Portsmouth news

Pompey reprieved as Lawrence goes

August 10, 2012
By ESPN staff

Portsmouth have been spared being closed down after Liam Lawrence, the last senior player remaining on the Fratton Park books, agreed to leave.

Liam Lawrence will leave Pompey on loan to cut their wage bill
GettyImagesLiam Lawrence was Pompey's last senior player

Portsmouth's administrators said the midfielder had reached a compromise agreement, meaning former owner Balram Chainrai's company Portpin is in a position to buy back the financially-stricken club.

Administrator Trevor Birch had set a deadline of August 10 for every senior player to be off the wage bill, saying he would otherwise be forced to shut Portsmouth down.

"We have negotiated a compromise agreement with Liam Lawrence, who will leave the club when the paperwork is finalised later today,'' a statement from Birch on the club's official website read.

"I'd like to thank Liam for his support, and all of the other players, for putting the club's interest ahead of their own. They have all had to make very difficult decisions and been placed in an impossible position which wasn't of their making.''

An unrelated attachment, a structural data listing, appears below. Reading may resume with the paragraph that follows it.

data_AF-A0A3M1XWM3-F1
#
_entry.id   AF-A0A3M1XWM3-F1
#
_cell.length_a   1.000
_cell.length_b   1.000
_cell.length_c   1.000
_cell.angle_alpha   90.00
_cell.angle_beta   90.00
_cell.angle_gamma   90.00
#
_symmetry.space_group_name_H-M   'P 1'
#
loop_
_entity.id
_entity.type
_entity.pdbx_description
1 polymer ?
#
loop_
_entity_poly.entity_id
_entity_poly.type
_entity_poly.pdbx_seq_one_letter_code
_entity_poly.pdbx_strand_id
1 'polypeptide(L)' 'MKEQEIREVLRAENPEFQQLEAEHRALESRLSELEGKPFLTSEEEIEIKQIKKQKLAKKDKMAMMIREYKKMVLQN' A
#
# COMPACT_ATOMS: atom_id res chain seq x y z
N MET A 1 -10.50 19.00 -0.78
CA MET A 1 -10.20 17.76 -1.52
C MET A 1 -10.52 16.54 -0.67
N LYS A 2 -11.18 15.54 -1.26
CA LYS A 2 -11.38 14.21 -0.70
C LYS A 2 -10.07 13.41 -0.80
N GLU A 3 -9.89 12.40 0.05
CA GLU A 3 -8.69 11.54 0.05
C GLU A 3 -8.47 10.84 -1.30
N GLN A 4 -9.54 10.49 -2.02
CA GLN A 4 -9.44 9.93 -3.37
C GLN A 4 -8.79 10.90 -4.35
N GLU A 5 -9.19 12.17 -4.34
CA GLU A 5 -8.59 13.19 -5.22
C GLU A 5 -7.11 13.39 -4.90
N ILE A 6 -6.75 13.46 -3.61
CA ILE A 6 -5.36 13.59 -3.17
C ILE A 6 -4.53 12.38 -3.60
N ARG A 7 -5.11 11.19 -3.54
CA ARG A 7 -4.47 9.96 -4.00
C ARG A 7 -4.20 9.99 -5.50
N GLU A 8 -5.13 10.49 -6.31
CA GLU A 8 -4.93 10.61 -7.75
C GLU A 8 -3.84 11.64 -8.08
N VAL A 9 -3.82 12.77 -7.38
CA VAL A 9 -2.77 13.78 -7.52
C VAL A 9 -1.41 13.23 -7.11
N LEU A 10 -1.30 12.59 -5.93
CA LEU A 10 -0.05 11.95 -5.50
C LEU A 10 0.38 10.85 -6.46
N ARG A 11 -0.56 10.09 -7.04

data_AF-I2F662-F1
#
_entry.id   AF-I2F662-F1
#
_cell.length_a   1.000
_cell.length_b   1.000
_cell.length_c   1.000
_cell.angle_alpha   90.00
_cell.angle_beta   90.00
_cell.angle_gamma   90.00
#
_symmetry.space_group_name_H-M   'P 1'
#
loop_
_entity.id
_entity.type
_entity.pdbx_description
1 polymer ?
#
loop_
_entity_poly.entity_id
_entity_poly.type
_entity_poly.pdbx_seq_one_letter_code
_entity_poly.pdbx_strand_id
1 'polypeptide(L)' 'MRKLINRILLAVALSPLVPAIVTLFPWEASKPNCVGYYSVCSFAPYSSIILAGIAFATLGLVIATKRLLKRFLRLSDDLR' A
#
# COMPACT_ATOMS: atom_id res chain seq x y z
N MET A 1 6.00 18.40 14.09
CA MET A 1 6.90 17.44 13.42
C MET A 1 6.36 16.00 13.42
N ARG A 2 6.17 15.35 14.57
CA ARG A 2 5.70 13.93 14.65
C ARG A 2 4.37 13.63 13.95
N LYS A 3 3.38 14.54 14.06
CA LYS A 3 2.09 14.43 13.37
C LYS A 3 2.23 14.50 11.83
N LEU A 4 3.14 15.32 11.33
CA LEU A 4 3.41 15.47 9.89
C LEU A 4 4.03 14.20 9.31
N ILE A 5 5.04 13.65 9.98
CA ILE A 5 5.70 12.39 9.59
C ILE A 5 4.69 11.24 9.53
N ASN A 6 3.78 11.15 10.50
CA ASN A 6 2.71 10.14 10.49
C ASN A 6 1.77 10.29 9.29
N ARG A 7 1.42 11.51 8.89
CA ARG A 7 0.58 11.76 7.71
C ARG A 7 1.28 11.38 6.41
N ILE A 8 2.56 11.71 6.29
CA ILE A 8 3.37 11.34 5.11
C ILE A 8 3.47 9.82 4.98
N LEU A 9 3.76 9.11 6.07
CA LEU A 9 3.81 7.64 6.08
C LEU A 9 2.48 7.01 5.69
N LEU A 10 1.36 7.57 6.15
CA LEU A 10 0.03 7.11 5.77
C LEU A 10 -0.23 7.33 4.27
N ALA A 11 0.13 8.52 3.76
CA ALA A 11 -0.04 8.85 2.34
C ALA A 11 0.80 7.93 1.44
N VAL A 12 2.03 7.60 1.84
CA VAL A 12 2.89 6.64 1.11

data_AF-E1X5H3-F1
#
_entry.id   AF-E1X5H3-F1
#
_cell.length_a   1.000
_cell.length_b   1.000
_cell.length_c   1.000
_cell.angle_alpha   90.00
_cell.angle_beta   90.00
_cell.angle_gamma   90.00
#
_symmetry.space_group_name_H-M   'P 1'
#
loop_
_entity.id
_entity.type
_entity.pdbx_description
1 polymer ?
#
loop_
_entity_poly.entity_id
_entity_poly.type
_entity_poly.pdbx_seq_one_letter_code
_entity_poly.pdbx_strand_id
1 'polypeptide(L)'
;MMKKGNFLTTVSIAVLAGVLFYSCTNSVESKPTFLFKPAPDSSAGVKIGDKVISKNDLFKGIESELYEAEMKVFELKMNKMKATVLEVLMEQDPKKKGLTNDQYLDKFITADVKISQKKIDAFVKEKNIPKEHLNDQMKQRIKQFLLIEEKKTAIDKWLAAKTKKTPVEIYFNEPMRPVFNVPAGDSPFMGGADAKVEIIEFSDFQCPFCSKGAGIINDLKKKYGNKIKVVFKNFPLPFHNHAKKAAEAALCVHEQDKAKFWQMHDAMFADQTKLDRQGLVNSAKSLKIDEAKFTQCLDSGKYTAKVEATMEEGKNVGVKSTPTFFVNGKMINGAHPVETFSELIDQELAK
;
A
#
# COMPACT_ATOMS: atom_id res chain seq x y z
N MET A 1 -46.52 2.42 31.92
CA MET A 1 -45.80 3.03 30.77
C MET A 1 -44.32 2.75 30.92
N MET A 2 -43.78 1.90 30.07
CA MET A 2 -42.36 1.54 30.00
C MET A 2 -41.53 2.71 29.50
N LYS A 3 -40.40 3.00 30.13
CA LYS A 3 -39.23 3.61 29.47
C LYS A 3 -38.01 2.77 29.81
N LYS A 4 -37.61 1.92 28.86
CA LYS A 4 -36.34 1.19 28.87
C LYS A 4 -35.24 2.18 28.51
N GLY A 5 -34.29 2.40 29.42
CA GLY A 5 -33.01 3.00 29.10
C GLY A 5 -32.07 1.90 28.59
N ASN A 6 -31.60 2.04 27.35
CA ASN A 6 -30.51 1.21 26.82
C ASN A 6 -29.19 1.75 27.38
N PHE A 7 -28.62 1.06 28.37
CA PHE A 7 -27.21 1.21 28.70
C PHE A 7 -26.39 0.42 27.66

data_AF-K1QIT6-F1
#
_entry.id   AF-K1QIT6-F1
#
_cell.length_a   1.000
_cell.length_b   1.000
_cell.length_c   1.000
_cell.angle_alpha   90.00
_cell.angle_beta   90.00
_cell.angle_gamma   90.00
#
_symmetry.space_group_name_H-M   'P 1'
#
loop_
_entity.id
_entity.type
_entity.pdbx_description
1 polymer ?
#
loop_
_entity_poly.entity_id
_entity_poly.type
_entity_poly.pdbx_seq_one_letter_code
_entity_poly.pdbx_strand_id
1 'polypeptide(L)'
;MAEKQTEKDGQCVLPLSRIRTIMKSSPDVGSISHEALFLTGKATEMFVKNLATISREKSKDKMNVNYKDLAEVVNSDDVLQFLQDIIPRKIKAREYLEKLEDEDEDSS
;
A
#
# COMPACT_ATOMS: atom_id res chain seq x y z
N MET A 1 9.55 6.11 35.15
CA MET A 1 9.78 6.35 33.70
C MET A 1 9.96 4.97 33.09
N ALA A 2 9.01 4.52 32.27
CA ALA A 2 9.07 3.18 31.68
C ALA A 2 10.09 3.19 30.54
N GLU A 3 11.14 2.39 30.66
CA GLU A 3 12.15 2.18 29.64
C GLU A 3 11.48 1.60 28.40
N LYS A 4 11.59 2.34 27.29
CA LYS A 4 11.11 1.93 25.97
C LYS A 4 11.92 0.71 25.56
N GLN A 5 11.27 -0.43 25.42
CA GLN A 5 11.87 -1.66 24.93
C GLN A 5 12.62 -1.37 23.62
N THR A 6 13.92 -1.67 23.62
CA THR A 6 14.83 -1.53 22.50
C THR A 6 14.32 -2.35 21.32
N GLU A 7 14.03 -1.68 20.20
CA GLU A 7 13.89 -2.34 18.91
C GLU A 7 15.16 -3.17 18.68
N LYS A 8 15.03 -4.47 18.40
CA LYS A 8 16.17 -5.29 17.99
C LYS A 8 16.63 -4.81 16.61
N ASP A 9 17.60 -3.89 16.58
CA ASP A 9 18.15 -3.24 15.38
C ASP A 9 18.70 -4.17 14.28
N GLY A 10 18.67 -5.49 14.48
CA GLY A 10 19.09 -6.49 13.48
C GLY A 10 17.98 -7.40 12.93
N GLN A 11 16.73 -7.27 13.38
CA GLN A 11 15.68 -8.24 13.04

On Thursday, Portsmouth reached an agreement with defender Tal Ben Haim, who agreed to leave. That meant only the cases of Lawrence and forward Kanu had remained to be resolved.

In a statement, Birch said: "The progress we have made over the past 24 hours means there is now a much better prospect of completing the sale of the club and avoiding liquidation."

He said the breakthrough meant talks with potential new owners Portpin would go on, with the intention being to finalise a takeover within days.

On Tuesday, Ben Haim said administrators PKF would have "blood on their hands" if Portsmouth shut down on Friday, claiming he was £300,000 short of agreeing a deal to walk away from his contract.

"The fact is that we are only about £300,000 apart in negotiations," he said in a statement. "If they want to liquidate the club for that money while they still charge their huge fees, then all I can say is that the blood is very much on their hands."

But Birch hit back at the comments, saying: "To say we have blood on our hands as administrators... well, what do you think we think about that? It's not helpful, put it that way."